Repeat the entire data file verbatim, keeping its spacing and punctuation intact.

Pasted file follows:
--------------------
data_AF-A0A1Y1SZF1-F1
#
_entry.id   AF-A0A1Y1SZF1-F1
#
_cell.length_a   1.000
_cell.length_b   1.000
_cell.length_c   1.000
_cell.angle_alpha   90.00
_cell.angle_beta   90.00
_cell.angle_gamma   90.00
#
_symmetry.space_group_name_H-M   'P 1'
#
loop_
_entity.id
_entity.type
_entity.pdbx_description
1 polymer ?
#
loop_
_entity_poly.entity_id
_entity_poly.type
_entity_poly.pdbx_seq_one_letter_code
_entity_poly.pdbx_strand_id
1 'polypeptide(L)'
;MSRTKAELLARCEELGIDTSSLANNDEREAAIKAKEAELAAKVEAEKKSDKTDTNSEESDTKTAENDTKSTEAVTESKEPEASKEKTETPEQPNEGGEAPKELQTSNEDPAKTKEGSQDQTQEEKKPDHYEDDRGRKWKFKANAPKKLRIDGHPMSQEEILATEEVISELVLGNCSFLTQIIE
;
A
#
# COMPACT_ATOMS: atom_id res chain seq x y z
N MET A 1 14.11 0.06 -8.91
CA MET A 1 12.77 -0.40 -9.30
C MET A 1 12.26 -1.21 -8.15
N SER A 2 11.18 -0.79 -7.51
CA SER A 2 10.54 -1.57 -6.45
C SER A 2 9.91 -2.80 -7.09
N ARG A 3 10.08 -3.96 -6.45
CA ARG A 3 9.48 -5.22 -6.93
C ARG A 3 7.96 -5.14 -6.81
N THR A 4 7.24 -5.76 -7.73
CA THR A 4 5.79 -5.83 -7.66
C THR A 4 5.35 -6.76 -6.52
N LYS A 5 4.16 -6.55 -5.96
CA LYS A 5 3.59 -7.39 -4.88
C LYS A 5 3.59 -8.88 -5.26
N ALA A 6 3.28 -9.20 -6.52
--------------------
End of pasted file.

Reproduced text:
data_AF-A0A1Y1SZF1-F1
#
_entry.id   AF-A0A1Y1SZF1-F1
#
_cell.length_a   1.000
_cell.length_b   1.000
_cell.length_c   1.000
_cell.angle_alpha   90.00
_cell.angle_beta   90.00
_cell.angle_gamma   90.00
#
_symmetry.space_group_name_H-M   'P 1'
#
loop_
_entity.id
_entity.type
_entity.pdbx_description
1 polymer ?
#
loop_
_entity_poly.entity_id
_entity_poly.type
_entity_poly.pdbx_seq_one_letter_code
_entity_poly.pdbx_strand_id
1 'polypeptide(L)'
;MSRTKAELLARCEELGIDTSSLANNDEREAAIKAKEAELAAKVEAEKKSDKTDTNSEESDTKTAENDTKSTEAVTESKEPEASKEKTETPEQPNEGGEAPKELQTSNEDPAKTKEGSQDQTQEEKKPDHYEDDRGRKWKFKANAPKKLRIDGHPMSQEEILATEEVISELVLGNCSFLTQIIE
;
A
#
# COMPACT_ATOMS: atom_id res chain seq x y z
N MET A 1 14.11 0.06 -8.91
CA MET A 1 12.77 -0.40 -9.30
C MET A 1 12.26 -1.21 -8.15
N SER A 2 11.18 -0.79 -7.51
CA SER A 2 10.54 -1.57 -6.45
C SER A 2 9.91 -2.80 -7.09
N ARG A 3 10.08 -3.96 -6.45
CA ARG A 3 9.48 -5.22 -6.93
C ARG A 3 7.96 -5.14 -6.81
N THR A 4 7.24 -5.76 -7.73
CA THR A 4 5.79 -5.83 -7.66
C THR A 4 5.35 -6.76 -6.52
N LYS A 5 4.16 -6.55 -5.96
CA LYS A 5 3.59 -7.39 -4.88
C LYS A 5 3.59 -8.88 -5.26
N ALA A 6 3.28 -9.20 -6.52